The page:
Are you still verifying your PCB prototype visually?
After completing component placement, it may take months for designer to complete the routing process and finish the entire PCB layout. At this point the CAM data can then be handed out to manufacturers for PCB manufacturing and assembly. After investing this much time and effort, you would probably expect the final prototype to be built as expected, with high quality and reliability.
Are your alternative parts well validated before release
In alternate part selection, many aspects need to be considered: electrical function, physically fit, supply chain flexibility, cost, etc. Every aspect is important during alternative part selection, but realistically, electrical and physical fit are the main prerequisites when choosing a new alternative part.
Strengthening PCB Solder Connections
To increasing the overall solder strength within a PCB design, designers should be focusing on two distinct but related factors: The material composition of the solder, and the pad and footprint layouts for individual components. The composition of the solder itself will depend upon the application of the board, the components, construction method and materials within the board, and the overall final board quality. The overall footprint of the component will be dependent upon the components within a BOM and the recommended assembly guidelines of your assemblers. Both of these factors rely on discussions and interactions with your assembly house and leaving these discussions until after the design has been released ultimately limits your assembly options.
How to Optimize PCB Design for the SMT Assembly Process Flow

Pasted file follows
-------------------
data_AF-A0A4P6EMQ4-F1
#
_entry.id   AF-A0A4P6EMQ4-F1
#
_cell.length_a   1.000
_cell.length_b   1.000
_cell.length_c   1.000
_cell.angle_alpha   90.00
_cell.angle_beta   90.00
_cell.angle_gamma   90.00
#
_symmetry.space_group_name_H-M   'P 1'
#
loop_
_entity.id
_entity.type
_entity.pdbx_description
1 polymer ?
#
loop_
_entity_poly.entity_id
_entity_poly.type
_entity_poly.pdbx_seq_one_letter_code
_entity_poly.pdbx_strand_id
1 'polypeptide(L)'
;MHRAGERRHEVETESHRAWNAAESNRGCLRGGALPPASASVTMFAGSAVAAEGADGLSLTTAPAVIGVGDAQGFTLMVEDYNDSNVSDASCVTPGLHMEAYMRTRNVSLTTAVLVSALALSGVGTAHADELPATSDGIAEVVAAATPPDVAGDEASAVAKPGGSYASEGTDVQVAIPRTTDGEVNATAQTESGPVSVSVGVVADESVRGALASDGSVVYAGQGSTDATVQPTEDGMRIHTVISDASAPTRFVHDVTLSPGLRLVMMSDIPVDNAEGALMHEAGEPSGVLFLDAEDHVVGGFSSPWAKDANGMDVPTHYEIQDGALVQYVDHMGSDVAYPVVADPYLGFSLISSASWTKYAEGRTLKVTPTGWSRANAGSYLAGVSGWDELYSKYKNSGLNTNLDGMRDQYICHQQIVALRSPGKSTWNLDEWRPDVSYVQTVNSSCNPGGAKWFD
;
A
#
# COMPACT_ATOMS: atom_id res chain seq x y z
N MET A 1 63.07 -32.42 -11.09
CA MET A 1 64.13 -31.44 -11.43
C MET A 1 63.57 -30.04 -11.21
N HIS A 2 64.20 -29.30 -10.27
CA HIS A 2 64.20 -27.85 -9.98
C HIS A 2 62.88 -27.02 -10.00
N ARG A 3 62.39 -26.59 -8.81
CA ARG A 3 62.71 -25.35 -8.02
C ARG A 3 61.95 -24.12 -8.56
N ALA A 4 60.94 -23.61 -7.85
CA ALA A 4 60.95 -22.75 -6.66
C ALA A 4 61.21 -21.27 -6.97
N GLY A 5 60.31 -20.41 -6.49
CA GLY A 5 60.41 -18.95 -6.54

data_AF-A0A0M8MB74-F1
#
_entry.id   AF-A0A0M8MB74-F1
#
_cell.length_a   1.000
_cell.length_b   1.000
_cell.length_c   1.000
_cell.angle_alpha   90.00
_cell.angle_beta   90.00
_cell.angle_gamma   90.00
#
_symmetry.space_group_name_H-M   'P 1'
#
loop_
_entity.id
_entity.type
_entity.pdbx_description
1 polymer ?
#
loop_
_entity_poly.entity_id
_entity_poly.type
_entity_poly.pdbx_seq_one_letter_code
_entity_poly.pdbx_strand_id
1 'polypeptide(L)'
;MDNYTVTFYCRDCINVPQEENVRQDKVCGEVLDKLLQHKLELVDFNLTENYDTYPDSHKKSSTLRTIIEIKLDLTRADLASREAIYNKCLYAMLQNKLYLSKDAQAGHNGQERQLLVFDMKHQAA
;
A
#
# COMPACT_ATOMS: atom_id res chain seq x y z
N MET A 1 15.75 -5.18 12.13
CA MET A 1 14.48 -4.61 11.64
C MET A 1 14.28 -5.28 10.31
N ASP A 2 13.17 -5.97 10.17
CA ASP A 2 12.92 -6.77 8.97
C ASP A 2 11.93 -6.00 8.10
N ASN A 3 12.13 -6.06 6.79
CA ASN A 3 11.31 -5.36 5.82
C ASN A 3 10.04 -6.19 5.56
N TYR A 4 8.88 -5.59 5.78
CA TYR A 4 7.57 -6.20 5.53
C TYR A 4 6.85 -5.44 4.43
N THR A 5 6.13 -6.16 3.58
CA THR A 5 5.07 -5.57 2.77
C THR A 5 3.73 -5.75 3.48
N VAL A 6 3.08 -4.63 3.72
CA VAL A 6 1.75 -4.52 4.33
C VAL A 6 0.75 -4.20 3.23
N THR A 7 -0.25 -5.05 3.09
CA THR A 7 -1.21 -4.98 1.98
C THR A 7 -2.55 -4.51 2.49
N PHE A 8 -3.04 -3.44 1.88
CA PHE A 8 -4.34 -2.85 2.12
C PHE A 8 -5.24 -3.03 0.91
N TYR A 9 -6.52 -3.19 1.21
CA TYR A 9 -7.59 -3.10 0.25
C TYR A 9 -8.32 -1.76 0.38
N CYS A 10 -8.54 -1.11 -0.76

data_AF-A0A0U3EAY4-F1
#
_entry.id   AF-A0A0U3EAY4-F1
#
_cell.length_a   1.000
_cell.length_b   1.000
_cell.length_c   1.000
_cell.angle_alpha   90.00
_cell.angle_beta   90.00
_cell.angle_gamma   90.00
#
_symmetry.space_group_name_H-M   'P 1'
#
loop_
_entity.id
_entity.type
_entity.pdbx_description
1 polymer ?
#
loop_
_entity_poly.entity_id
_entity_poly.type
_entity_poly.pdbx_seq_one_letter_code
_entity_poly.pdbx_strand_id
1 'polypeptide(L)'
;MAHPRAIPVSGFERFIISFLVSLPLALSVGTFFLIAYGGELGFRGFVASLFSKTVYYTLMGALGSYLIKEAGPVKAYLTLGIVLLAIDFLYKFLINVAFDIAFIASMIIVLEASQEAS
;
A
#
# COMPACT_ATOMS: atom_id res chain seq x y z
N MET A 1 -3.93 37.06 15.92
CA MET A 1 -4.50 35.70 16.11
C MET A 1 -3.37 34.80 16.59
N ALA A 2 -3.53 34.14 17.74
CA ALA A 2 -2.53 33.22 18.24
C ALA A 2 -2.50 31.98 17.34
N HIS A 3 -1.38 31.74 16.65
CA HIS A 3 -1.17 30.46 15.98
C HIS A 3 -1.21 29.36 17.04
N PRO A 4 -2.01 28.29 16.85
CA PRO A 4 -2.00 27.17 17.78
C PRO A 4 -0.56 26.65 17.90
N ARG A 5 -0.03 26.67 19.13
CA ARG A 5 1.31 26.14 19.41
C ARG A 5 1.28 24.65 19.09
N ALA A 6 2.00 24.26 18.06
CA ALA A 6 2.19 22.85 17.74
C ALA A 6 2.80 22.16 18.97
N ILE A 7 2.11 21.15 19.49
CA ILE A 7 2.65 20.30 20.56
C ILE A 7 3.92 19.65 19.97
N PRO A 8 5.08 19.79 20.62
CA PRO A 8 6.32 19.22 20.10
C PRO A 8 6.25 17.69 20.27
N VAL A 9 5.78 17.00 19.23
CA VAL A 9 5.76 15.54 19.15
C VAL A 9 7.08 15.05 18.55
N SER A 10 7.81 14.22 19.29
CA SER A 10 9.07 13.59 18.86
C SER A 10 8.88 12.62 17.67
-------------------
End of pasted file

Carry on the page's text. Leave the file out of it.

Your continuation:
PCB (Printed Circuit Board) design layout optimization is critical for the success of SMT (Surface Mount Technology) assembly. SMT assembly involves placing surface mount components directly onto the surface of the PCB, as opposed to through-hole components, which require holes to be drilled through the PCB. SMT assembly is faster, more precise, and more cost-effective than through-hole assembly, but it requires careful design optimization to ensure a successful assembly process.
Manufacturing Driven Design – Taking DFM to the Next Level
Manufacturing Driven Design (MDD) is an evolutionary approach to DFM. It enables the effortless exchange of manufacturing process constraints so that an OEM can assess the manufacturability of a design in perfect alignment with their supplier
What is DFM and DFA?
DFM and DFA are relevant to almost any product be it assembling bicycles where primarily the product is mechanical components to electronic devices such as cell phones, routers, and computers which require both mechanical and electrical components. The primary focus of this blog will be PCB Design through PCB Fabrication and PCB Assembly within the electronic realm and how it relates to DFM and DFA.
Making Parts Part of Manufacturing Driven Design
When it comes to PCB assembly level MDD, many designers have not concerned themselves with the component manufacturing Bill of Material (BOM). Designers work from a CAD library that has component libraries associated with internal part numbers (IPN) their company uses. The CAD Design Rule Checking software uses those CAD library shapes for its analysis and even, in some cases, the avoidance of where components are placed. There is nothing wrong conceptually with this mentality. However, like all things, the details matter.